3. Band Aid is a peculiarly appropriate name then, isn’t it? A plaster you apply to a bleeding wound. Can I be the first to offer to pay money so that pop artists will not make any more Christmas songs like this? I’m a horrible old cynic, I know, but I can’t stand the idea that this level of bad taste would be responsible for anything good in the world. It amounts to a tax on sentimentality. It seems to me that sending a bunch of clowns and entertainers to prance around in front of the victims of the world just encourages the nation states- the real abusers in this abusive relationship- to cut a corresponding chunk from their Aid budgets.

  4. > Perhaps the British public simply do not want revolutionary transformations in the existing international order, which could prevent emergencies such as the Ebola epidemic from occurring in the first place. As a society, we want Band Aid solutions – sticking plasters that stem the bleeding, but do not address the underlying condition.

    I disagree. For a start it’s unfair to criticise the general public’s sympathetic – albeit naive and misguided – reaction to ‘do something’ when faced with images of people starving to death. Also the British public were fooled into thinking they were making a real, positive and (it was hoped) long lasting difference. The public were guilty of being naive, but it was Geldof and co who misinformed the public and it was the vile mainstream media who failed to investigate the truth and help the pubic wise up to the scam that was/ is Live Aid.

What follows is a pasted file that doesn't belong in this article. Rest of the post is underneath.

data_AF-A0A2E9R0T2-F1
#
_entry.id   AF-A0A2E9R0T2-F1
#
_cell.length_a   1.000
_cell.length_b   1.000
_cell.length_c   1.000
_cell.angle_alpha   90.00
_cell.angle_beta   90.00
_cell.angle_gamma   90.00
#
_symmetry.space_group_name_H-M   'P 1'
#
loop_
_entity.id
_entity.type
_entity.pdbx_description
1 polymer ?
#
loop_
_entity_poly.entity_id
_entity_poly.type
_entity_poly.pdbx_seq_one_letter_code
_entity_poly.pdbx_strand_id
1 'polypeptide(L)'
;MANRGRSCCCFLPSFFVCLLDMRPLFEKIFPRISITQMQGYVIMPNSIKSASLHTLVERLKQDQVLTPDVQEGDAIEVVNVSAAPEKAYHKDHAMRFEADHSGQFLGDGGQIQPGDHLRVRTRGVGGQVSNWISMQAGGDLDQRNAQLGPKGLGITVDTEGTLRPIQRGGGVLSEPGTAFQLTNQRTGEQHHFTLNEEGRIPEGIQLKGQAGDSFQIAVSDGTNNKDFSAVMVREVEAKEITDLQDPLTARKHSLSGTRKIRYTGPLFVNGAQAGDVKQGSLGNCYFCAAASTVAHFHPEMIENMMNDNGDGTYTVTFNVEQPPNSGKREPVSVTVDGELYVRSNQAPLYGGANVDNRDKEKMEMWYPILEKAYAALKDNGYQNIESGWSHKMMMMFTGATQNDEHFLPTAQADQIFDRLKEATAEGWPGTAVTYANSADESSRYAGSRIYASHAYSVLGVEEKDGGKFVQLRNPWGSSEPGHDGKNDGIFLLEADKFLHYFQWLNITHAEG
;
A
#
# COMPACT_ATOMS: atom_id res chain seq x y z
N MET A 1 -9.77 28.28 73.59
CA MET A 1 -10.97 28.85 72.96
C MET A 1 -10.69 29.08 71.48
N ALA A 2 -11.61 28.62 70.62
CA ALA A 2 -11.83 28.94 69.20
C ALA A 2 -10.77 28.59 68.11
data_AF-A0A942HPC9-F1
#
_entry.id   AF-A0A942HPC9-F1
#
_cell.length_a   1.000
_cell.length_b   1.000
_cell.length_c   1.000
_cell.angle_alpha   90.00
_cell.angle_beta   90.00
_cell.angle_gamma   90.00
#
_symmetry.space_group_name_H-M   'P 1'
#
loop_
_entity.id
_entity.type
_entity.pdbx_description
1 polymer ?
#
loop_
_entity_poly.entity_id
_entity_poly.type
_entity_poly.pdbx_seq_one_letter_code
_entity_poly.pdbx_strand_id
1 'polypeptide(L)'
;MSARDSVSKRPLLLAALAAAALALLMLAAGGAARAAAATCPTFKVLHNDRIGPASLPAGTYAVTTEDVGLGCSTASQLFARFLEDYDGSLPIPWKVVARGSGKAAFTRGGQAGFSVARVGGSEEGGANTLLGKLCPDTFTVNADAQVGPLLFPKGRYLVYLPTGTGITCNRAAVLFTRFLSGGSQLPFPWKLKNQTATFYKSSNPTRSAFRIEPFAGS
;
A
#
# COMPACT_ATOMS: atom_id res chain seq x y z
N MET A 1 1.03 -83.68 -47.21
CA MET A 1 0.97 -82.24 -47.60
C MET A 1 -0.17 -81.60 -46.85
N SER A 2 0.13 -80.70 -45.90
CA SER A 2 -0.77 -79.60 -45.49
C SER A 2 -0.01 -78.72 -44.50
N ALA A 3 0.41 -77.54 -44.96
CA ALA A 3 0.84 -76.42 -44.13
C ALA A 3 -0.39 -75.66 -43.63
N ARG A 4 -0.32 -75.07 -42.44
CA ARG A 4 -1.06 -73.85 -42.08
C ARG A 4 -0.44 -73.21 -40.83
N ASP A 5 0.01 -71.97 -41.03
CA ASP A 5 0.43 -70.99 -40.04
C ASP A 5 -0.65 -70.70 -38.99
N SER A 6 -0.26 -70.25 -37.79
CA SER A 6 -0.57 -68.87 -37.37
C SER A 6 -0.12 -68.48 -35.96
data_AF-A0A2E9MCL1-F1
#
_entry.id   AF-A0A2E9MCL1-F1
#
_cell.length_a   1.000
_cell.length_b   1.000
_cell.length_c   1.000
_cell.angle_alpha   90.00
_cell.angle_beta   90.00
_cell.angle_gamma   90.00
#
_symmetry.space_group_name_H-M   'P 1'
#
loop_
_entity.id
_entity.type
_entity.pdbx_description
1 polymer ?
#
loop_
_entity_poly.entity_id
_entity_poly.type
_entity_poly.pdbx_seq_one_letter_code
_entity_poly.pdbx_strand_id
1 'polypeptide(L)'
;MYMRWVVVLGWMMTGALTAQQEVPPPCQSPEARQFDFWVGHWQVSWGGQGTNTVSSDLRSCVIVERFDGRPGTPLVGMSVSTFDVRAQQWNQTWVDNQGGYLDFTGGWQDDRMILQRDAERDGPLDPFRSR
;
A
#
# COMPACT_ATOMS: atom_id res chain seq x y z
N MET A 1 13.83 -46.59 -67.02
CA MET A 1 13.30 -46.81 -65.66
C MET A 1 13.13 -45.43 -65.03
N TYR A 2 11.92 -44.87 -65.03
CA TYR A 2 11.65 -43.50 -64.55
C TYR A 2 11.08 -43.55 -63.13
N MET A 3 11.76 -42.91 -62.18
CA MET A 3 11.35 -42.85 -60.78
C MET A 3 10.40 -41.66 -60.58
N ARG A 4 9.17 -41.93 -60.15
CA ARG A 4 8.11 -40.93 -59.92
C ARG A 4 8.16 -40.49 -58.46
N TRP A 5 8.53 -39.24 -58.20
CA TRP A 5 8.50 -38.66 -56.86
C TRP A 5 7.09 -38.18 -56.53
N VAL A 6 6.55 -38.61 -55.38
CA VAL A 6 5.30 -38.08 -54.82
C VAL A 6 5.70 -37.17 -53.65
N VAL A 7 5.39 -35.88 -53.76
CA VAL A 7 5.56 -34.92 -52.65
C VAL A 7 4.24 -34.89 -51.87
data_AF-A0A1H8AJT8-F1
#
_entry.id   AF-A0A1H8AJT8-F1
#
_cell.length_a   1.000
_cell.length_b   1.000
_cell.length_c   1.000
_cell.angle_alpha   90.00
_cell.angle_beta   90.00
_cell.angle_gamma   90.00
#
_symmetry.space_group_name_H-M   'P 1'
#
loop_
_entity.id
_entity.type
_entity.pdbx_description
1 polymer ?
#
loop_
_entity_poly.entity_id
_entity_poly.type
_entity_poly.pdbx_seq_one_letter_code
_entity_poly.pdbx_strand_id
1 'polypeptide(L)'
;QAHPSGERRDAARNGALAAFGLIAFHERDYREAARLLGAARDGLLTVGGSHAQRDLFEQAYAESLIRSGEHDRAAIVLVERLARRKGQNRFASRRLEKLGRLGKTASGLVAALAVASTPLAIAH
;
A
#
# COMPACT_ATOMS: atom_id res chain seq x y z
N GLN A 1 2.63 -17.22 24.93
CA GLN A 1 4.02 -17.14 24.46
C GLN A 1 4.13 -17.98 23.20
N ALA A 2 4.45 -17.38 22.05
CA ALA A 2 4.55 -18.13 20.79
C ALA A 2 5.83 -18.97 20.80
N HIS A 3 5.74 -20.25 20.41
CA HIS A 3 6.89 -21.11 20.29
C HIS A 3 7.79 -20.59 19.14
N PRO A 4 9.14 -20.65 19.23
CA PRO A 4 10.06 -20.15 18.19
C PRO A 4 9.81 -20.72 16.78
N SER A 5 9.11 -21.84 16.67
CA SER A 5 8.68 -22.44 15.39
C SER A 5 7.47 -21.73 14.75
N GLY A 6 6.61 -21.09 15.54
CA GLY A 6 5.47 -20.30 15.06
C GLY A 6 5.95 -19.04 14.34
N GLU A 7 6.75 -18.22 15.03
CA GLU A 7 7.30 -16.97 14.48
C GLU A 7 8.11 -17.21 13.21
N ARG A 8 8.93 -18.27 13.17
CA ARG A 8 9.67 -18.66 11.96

As THISdocumentary points out, in the original campaign the money was used to facilitate policies of ethnic cleansing.
    In the Live8 campaign the events were used to distract from the ‘make poverty history campaign’, to boost the sales (and egos) of the artists performing and to make slimy politicians appear more hip and charitable. The whole campaign actually helped to turn a serious political/ humanitarian issue onto a ‘touchy feely’ celebration of celebrity narcissism.

    Nobody in the media has ever questioned Geldolf and Live Aid or brought any of the FACTS to the public attention. Instead they collude in the scam because it serves their selfish agendas too. It’s up to good old internet to shine a much needed light onto this shady enterprise (see previous link)

  5. Loved live aid 1985! Loved loved loved Queen U2 and Elton. Fantastic perfomrnaces. Cant say the same across the river about Phil Collin and Led Zep, Or Micks performance!